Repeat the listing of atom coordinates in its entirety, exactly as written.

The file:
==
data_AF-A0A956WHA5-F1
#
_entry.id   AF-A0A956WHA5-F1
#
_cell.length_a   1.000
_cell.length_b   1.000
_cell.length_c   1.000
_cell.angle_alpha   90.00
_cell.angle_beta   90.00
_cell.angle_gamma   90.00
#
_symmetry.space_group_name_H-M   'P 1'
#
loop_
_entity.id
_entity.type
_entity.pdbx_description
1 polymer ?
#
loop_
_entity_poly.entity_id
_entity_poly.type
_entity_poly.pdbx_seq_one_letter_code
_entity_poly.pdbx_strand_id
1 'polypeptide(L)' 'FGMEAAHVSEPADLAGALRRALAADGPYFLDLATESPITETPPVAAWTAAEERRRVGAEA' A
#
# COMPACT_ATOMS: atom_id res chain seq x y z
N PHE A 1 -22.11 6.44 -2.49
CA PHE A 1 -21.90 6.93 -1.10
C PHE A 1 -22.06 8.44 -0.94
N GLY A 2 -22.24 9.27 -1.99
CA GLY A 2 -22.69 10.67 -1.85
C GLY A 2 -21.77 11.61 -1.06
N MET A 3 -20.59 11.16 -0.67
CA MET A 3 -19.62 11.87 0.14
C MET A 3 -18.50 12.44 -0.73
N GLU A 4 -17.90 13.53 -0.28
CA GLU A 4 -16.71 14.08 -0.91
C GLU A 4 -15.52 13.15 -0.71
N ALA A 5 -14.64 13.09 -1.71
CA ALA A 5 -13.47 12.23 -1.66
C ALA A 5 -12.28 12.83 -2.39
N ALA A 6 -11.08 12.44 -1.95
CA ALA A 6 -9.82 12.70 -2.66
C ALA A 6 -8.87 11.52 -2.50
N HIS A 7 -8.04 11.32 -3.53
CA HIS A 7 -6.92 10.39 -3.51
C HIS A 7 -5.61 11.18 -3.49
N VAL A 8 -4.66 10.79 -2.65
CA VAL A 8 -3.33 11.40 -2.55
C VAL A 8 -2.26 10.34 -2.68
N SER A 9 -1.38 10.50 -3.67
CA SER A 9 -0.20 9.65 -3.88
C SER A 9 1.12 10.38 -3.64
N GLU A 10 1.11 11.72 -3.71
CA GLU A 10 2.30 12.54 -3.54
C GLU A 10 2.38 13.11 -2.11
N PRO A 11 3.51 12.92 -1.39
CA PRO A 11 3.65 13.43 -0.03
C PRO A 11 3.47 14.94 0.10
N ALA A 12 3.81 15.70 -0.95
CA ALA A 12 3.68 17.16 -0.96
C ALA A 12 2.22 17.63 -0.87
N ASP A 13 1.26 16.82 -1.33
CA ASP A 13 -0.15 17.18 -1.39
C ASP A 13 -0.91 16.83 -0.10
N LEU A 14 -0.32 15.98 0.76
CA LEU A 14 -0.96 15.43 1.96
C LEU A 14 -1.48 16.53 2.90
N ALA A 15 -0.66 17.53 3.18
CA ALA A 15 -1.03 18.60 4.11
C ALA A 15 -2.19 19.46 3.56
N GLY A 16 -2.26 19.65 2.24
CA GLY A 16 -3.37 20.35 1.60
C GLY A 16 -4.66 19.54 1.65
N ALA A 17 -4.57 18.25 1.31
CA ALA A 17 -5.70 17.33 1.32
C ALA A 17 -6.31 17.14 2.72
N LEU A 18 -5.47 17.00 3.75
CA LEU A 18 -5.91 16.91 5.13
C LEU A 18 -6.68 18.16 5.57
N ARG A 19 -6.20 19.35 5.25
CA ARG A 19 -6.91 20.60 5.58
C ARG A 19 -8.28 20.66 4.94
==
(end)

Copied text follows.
data_AF-A0A956WHA5-F1
#
_entry.id   AF-A0A956WHA5-F1
#
_cell.length_a   1.000
_cell.length_b   1.000
_cell.length_c   1.000
_cell.angle_alpha   90.00
_cell.angle_beta   90.00
_cell.angle_gamma   90.00
#
_symmetry.space_group_name_H-M   'P 1'
#
loop_
_entity.id
_entity.type
_entity.pdbx_description
1 polymer ?
#
loop_
_entity_poly.entity_id
_entity_poly.type
_entity_poly.pdbx_seq_one_letter_code
_entity_poly.pdbx_strand_id
1 'polypeptide(L)' 'FGMEAAHVSEPADLAGALRRALAADGPYFLDLATESPITETPPVAAWTAAEERRRVGAEA' A
#
# COMPACT_ATOMS: atom_id res chain seq x y z
N PHE A 1 -22.11 6.44 -2.49
CA PHE A 1 -21.90 6.93 -1.10
C PHE A 1 -22.06 8.44 -0.94
N GLY A 2 -22.24 9.27 -1.99
CA GLY A 2 -22.69 10.67 -1.85
C GLY A 2 -21.77 11.61 -1.06
N MET A 3 -20.59 11.16 -0.67
CA MET A 3 -19.62 11.87 0.14
C MET A 3 -18.50 12.44 -0.73
N GLU A 4 -17.90 13.53 -0.28
CA GLU A 4 -16.71 14.08 -0.91
C GLU A 4 -15.52 13.15 -0.71
N ALA A 5 -14.64 13.09 -1.71
CA ALA A 5 -13.47 12.23 -1.66
C ALA A 5 -12.28 12.83 -2.39
N ALA A 6 -11.08 12.44 -1.95
CA ALA A 6 -9.82 12.70 -2.66
C ALA A 6 -8.87 11.52 -2.50
N HIS A 7 -8.04 11.32 -3.53
CA HIS A 7 -6.92 10.39 -3.51
C HIS A 7 -5.61 11.18 -3.49
N VAL A 8 -4.66 10.79 -2.65
CA VAL A 8 -3.33 11.40 -2.55
C VAL A 8 -2.26 10.34 -2.68
N SER A 9 -1.38 10.50 -3.67
CA SER A 9 -0.20 9.65 -3.88
C SER A 9 1.12 10.38 -3.64
N GLU A 10 1.11 11.72 -3.71
CA GLU A 10 2.30 12.54 -3.54
C GLU A 10 2.38 13.11 -2.11
N PRO A 11 3.51 12.92 -1.39
CA PRO A 11 3.65 13.43 -0.03
C PRO A 11 3.47 14.94 0.10
N ALA A 12 3.81 15.70 -0.95
CA ALA A 12 3.68 17.16 -0.96
C ALA A 12 2.22 17.63 -0.87
N ASP A 13 1.26 16.82 -1.33
CA ASP A 13 -0.15 17.18 -1.39
C ASP A 13 -0.91 16.83 -0.10
N LEU A 14 -0.32 15.98 0.76
CA LEU A 14 -0.96 15.43 1.96
C LEU A 14 -1.48 16.53 2.90
N ALA A 15 -0.66 17.53 3.18
CA ALA A 15 -1.03 18.60 4.11
C ALA A 15 -2.19 19.46 3.56
N GLY A 16 -2.26 19.65 2.24
CA GLY A 16 -3.37 20.35 1.60
C GLY A 16 -4.66 19.54 1.65
N ALA A 17 -4.57 18.25 1.31
CA ALA A 17 -5.70 17.33 1.32
C ALA A 17 -6.31 17.14 2.72
N LEU A 18 -5.47 17.00 3.75
CA LEU A 18 -5.91 16.91 5.13
C LEU A 18 -6.68 18.16 5.57
N ARG A 19 -6.20 19.35 5.25
CA ARG A 19 -6.91 20.60 5.58
C ARG A 19 -8.28 20.66 4.94